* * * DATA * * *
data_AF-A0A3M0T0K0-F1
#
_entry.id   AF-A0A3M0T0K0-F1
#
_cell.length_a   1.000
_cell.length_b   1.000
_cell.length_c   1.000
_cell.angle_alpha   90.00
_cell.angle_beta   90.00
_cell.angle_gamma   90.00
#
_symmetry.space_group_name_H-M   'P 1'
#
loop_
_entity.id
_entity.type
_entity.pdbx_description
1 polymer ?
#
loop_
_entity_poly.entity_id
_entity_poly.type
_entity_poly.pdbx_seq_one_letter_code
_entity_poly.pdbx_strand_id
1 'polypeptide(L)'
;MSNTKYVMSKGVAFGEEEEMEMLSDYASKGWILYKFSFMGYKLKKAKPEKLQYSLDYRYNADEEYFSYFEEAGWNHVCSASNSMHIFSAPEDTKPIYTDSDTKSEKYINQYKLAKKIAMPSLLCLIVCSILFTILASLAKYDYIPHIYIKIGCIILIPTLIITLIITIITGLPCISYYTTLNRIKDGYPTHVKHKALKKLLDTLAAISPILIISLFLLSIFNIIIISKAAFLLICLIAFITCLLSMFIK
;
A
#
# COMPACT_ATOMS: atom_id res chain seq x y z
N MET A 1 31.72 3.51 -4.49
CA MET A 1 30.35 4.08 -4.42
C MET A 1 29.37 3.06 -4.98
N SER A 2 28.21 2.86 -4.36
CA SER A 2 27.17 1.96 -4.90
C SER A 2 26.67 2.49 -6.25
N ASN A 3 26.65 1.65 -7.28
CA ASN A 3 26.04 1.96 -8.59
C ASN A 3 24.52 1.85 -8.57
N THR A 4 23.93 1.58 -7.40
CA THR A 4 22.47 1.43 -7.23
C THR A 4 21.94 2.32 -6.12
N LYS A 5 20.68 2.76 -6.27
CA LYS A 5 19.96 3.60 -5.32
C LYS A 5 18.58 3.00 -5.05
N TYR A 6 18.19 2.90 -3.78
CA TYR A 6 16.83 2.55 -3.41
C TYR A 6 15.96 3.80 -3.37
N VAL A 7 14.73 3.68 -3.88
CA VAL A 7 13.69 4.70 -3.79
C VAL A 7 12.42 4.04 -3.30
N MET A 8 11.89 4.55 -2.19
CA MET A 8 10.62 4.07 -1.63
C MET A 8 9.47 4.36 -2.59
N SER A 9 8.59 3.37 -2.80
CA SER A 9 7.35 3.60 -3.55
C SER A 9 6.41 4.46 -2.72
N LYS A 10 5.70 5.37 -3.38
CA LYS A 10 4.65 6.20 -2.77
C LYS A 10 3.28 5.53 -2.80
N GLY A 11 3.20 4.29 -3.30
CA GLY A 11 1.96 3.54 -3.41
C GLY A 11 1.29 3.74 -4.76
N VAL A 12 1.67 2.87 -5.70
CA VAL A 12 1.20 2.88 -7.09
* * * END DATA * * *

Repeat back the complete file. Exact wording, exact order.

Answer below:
data_AF-A0A3M0T0K0-F1
#
_entry.id   AF-A0A3M0T0K0-F1
#
_cell.length_a   1.000
_cell.length_b   1.000
_cell.length_c   1.000
_cell.angle_alpha   90.00
_cell.angle_beta   90.00
_cell.angle_gamma   90.00
#
_symmetry.space_group_name_H-M   'P 1'
#
loop_
_entity.id
_entity.type
_entity.pdbx_description
1 polymer ?
#
loop_
_entity_poly.entity_id
_entity_poly.type
_entity_poly.pdbx_seq_one_letter_code
_entity_poly.pdbx_strand_id
1 'polypeptide(L)'
;MSNTKYVMSKGVAFGEEEEMEMLSDYASKGWILYKFSFMGYKLKKAKPEKLQYSLDYRYNADEEYFSYFEEAGWNHVCSASNSMHIFSAPEDTKPIYTDSDTKSEKYINQYKLAKKIAMPSLLCLIVCSILFTILASLAKYDYIPHIYIKIGCIILIPTLIITLIITIITGLPCISYYTTLNRIKDGYPTHVKHKALKKLLDTLAAISPILIISLFLLSIFNIIIISKAAFLLICLIAFITCLLSMFIK
;
A
#
# COMPACT_ATOMS: atom_id res chain seq x y z
N MET A 1 31.72 3.51 -4.49
CA MET A 1 30.35 4.08 -4.42
C MET A 1 29.37 3.06 -4.98
N SER A 2 28.21 2.86 -4.36
CA SER A 2 27.17 1.96 -4.90
C SER A 2 26.67 2.49 -6.25
N ASN A 3 26.65 1.65 -7.28
CA ASN A 3 26.04 1.96 -8.59
C ASN A 3 24.52 1.85 -8.57
N THR A 4 23.93 1.58 -7.40
CA THR A 4 22.47 1.43 -7.23
C THR A 4 21.94 2.32 -6.12
N LYS A 5 20.68 2.76 -6.27
CA LYS A 5 19.96 3.60 -5.32
C LYS A 5 18.58 3.00 -5.05
N TYR A 6 18.19 2.90 -3.78
CA TYR A 6 16.83 2.55 -3.41
C TYR A 6 15.96 3.80 -3.37
N VAL A 7 14.73 3.68 -3.88
CA VAL A 7 13.69 4.70 -3.79
C VAL A 7 12.42 4.04 -3.30
N MET A 8 11.89 4.55 -2.19
CA MET A 8 10.62 4.07 -1.63
C MET A 8 9.47 4.36 -2.59
N SER A 9 8.59 3.37 -2.80
CA SER A 9 7.35 3.60 -3.55
C SER A 9 6.41 4.46 -2.72
N LYS A 10 5.70 5.37 -3.38
CA LYS A 10 4.65 6.20 -2.77
C LYS A 10 3.28 5.53 -2.80
N GLY A 11 3.20 4.29 -3.30
CA GLY A 11 1.96 3.54 -3.41
C GLY A 11 1.29 3.74 -4.76
N VAL A 12 1.67 2.87 -5.70
CA VAL A 12 1.20 2.88 -7.09